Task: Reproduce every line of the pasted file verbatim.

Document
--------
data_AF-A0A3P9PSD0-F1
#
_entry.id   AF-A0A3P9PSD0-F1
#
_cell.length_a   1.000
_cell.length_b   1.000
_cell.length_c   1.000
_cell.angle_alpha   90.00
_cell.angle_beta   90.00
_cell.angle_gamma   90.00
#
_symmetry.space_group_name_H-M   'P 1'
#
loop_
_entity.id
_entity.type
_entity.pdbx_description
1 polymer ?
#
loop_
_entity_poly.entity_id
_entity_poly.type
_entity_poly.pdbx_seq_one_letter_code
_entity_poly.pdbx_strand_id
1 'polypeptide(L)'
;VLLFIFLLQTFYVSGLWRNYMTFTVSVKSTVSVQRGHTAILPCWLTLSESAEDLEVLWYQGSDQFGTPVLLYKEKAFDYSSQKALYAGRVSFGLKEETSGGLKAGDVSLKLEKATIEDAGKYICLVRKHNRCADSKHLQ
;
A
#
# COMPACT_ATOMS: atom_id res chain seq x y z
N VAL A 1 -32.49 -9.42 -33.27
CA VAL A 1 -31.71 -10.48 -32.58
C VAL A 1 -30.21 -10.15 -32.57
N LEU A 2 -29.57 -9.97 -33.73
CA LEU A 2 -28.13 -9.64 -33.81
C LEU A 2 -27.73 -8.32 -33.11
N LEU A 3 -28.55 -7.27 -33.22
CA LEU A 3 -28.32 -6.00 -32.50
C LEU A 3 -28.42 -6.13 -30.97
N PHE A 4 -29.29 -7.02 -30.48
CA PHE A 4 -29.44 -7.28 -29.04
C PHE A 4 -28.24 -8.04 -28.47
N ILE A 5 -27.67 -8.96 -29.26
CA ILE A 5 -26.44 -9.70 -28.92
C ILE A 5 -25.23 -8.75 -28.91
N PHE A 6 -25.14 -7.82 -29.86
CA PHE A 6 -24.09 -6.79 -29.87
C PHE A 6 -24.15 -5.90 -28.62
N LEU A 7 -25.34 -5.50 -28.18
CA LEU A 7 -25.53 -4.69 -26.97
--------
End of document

data_AF-A0A3P9PSD0-F1
#
_entry.id   AF-A0A3P9PSD0-F1
#
_cell.length_a   1.000
_cell.length_b   1.000
_cell.length_c   1.000
_cell.angle_alpha   90.00
_cell.angle_beta   90.00
_cell.angle_gamma   90.00
#
_symmetry.space_group_name_H-M   'P 1'
#
loop_
_entity.id
_entity.type
_entity.pdbx_description
1 polymer ?
#
loop_
_entity_poly.entity_id
_entity_poly.type
_entity_poly.pdbx_seq_one_letter_code
_entity_poly.pdbx_strand_id
1 'polypeptide(L)'
;VLLFIFLLQTFYVSGLWRNYMTFTVSVKSTVSVQRGHTAILPCWLTLSESAEDLEVLWYQGSDQFGTPVLLYKEKAFDYSSQKALYAGRVSFGLKEETSGGLKAGDVSLKLEKATIEDAGKYICLVRKHNRCADSKHLQ
;
A
#
# COMPACT_ATOMS: atom_id res chain seq x y z
N VAL A 1 -32.49 -9.42 -33.27
CA VAL A 1 -31.71 -10.48 -32.58
C VAL A 1 -30.21 -10.15 -32.57
N LEU A 2 -29.57 -9.97 -33.73
CA LEU A 2 -28.13 -9.64 -33.81
C LEU A 2 -27.73 -8.32 -33.11
N LEU A 3 -28.55 -7.27 -33.22
CA LEU A 3 -28.32 -6.00 -32.50
C LEU A 3 -28.42 -6.13 -30.97
N PHE A 4 -29.29 -7.02 -30.48
CA PHE A 4 -29.44 -7.28 -29.04
C PHE A 4 -28.24 -8.04 -28.47
N ILE A 5 -27.67 -8.96 -29.26
CA ILE A 5 -26.44 -9.70 -28.92
C ILE A 5 -25.23 -8.75 -28.91
N PHE A 6 -25.14 -7.82 -29.86
CA PHE A 6 -24.09 -6.79 -29.87
C PHE A 6 -24.15 -5.90 -28.62
N LEU A 7 -25.34 -5.50 -28.18
CA LEU A 7 -25.53 -4.69 -26.97